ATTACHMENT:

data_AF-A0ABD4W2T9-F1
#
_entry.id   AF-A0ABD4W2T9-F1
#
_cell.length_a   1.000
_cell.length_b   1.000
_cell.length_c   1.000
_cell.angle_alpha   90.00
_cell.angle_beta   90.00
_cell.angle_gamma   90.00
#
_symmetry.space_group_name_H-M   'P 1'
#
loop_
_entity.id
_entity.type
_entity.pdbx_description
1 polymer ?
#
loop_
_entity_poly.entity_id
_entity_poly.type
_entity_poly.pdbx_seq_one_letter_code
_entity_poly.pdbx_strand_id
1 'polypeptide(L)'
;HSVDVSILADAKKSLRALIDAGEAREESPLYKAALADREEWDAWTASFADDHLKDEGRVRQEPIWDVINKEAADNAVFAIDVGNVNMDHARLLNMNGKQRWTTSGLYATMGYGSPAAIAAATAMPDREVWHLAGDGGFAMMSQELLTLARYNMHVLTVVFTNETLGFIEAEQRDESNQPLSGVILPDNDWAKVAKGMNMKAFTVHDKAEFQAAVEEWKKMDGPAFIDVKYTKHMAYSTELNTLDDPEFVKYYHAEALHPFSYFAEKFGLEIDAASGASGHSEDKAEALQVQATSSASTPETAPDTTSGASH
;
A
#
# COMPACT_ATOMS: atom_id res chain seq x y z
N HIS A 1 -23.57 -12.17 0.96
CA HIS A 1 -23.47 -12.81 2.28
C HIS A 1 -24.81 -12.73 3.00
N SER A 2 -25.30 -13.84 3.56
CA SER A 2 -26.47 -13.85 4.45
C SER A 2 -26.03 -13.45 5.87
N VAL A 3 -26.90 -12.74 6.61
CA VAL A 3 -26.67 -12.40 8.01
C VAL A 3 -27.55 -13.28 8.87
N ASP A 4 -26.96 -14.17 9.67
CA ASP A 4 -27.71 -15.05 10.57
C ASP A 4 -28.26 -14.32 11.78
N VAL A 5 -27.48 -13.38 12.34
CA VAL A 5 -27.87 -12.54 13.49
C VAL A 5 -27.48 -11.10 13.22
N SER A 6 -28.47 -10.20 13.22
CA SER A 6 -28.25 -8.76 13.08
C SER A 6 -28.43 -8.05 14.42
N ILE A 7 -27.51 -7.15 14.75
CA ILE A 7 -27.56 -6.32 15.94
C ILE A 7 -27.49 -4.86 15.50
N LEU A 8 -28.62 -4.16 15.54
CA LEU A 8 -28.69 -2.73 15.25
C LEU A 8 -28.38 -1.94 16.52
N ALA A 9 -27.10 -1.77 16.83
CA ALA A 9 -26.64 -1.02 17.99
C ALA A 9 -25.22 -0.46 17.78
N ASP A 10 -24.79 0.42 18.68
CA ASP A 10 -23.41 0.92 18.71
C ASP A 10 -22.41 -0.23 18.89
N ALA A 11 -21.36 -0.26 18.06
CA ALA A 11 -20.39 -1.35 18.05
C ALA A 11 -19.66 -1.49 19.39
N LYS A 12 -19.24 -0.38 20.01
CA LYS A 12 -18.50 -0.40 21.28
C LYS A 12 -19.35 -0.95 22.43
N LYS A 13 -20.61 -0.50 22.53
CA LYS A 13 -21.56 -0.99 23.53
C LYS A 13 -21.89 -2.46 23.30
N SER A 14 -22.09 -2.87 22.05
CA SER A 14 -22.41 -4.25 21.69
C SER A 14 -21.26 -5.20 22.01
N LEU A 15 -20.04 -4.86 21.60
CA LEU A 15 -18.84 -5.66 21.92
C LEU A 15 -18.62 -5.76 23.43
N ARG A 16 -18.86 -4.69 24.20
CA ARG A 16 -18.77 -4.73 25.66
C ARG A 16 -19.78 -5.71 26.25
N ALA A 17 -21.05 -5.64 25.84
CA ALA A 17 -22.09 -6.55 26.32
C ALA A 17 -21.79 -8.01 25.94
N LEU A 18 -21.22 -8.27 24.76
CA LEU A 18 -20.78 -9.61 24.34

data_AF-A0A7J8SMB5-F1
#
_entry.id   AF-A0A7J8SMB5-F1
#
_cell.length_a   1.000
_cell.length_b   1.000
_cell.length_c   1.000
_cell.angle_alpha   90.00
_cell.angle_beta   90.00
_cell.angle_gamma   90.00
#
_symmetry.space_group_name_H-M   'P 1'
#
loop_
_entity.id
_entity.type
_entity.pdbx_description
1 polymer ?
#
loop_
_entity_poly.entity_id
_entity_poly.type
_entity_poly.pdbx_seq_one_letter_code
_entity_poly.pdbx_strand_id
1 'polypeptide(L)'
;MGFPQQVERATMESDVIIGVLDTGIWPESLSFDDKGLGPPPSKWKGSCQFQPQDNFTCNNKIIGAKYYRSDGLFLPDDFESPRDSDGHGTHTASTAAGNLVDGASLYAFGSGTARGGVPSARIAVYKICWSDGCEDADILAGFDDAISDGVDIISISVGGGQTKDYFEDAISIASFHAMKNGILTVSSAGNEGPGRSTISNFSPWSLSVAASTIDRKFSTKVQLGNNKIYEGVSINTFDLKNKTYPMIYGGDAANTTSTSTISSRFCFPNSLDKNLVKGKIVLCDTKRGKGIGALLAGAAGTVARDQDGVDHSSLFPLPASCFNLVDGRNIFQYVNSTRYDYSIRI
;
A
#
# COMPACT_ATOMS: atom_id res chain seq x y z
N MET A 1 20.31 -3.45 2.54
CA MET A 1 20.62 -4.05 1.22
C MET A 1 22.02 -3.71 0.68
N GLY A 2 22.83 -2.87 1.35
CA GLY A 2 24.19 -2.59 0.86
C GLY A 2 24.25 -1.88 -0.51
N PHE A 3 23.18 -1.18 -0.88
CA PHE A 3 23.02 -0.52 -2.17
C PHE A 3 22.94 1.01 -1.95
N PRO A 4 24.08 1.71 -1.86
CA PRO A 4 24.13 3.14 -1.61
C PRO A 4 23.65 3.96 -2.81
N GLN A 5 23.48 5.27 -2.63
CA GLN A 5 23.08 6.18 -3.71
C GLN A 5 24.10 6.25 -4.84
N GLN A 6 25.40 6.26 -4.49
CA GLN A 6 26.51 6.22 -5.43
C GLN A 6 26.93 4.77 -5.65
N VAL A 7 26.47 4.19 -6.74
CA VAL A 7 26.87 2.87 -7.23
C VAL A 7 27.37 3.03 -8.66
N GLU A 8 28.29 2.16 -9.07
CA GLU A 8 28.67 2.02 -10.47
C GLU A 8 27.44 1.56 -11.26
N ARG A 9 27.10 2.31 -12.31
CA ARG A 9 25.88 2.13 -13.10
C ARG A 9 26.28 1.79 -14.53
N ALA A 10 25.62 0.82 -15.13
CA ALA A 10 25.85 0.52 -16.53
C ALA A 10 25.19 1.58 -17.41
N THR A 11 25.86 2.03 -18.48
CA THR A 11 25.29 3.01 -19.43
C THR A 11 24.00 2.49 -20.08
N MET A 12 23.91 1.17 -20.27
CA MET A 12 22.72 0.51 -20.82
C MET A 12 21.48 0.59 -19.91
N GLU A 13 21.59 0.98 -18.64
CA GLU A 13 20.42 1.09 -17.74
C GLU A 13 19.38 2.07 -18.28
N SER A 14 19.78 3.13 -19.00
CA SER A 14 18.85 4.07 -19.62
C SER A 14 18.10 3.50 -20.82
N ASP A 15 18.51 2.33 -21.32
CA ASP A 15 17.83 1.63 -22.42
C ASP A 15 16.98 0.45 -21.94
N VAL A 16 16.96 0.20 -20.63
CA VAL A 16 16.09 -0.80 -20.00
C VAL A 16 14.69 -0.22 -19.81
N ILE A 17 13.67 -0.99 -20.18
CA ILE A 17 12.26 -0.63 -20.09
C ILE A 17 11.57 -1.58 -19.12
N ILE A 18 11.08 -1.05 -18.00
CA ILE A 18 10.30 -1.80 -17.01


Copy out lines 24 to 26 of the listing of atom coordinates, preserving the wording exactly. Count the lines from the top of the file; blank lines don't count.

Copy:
_entity_poly.pdbx_strand_id
1 'polypeptide(L)'
;HSVDVSILADAKKSLRALIDAGEAREESPLYKAALADREEWDAWTASFADDHLKDEGRVRQEPIWDVINKEAADNAVFAIDVGNVNMDHARLLNMNGKQRWTTSGLYATMGYGSPAAIAAATAMPDREVWHLAGDGGFAMMSQELLTLARYNMHVLTVVFTNETLGFIEAEQRDESNQPLSGVILPDNDWAKVAKGMNMKAFTVHDKAEFQAAVEEWKKMDGPAFIDVKYTKHMAYSTELNTLDDPEFVKYYHAEALHPFSYFAEKFGLEIDAASGASGHSEDKAEALQVQATSSASTPETAPDTTSGASH